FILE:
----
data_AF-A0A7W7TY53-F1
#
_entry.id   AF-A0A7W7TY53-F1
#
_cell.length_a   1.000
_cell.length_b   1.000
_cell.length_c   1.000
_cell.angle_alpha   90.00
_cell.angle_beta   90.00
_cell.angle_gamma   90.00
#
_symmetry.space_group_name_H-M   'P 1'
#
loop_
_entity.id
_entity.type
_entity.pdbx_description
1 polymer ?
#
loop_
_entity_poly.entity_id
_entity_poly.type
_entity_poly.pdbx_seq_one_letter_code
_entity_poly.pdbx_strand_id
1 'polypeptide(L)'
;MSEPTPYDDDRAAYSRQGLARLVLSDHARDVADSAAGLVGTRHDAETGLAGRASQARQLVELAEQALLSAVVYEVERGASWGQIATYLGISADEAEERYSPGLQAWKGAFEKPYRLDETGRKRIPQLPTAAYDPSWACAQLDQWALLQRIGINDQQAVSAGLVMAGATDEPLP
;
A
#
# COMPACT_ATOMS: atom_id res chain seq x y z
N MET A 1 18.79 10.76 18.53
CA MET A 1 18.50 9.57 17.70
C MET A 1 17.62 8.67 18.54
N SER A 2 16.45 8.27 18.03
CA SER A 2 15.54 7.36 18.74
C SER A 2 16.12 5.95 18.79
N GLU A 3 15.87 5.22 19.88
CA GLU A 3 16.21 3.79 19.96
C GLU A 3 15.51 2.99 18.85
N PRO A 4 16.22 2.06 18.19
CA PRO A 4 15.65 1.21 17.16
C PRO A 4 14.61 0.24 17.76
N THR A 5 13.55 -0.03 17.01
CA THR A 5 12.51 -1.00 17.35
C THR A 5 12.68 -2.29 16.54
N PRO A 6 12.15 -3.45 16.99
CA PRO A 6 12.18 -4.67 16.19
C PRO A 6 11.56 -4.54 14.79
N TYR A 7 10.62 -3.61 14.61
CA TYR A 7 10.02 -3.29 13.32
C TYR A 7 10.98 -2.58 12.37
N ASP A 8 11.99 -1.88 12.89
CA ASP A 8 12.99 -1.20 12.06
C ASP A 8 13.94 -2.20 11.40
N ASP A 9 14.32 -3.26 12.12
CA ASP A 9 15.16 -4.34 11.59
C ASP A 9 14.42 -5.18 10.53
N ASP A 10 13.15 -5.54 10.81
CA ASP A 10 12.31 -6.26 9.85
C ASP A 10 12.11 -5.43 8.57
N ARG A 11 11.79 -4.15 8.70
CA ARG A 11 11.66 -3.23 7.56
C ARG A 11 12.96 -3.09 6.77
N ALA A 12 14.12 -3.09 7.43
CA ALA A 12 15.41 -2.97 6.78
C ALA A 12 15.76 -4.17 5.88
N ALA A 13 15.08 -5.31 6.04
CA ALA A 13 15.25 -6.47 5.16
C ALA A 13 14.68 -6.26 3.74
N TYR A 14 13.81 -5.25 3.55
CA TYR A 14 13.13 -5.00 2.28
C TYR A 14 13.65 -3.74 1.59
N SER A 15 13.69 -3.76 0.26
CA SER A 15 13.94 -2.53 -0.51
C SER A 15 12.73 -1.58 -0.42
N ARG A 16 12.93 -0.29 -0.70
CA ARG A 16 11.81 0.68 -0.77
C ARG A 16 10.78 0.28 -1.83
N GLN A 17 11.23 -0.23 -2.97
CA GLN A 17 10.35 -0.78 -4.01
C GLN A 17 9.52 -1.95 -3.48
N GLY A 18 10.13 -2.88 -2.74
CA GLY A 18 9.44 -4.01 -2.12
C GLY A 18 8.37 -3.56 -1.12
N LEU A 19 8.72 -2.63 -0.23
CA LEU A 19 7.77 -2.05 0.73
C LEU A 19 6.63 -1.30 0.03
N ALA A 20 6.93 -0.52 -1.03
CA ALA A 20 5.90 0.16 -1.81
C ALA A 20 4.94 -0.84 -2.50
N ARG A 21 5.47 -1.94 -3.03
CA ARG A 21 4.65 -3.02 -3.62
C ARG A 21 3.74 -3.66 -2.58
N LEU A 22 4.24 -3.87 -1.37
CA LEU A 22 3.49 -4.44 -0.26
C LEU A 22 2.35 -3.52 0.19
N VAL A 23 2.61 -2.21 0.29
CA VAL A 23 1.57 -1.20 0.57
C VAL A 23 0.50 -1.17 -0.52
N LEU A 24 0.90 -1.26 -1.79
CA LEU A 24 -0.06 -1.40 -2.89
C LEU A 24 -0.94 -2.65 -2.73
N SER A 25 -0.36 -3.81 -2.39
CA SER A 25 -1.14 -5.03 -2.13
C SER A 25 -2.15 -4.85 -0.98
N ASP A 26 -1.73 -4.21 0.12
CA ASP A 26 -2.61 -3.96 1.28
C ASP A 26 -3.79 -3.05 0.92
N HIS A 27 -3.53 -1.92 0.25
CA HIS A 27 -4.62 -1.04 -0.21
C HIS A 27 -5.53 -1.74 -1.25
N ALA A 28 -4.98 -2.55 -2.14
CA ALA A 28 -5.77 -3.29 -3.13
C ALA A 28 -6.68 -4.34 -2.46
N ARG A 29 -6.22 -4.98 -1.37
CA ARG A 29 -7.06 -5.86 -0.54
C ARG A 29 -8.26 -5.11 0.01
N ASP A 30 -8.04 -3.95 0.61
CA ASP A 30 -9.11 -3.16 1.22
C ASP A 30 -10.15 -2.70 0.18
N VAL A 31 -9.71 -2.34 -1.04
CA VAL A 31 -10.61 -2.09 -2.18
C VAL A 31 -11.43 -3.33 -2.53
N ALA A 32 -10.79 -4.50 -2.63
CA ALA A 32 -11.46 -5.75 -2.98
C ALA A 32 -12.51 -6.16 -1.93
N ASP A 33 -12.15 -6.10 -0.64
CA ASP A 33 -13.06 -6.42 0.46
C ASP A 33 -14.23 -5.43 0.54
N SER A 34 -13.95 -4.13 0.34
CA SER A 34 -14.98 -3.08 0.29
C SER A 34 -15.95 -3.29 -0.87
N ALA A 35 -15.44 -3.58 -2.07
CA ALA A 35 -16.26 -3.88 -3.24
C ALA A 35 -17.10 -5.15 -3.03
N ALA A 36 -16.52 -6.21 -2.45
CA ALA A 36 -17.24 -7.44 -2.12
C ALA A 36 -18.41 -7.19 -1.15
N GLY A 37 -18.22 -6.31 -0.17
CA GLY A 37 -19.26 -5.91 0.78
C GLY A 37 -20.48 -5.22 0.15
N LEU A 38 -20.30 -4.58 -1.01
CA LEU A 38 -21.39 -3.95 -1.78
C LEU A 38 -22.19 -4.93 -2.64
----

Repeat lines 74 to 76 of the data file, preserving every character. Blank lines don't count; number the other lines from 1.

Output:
CA SER A 15 13.94 -2.53 -0.51
C SER A 15 12.73 -1.58 -0.42
N ARG A 16 12.93 -0.29 -0.70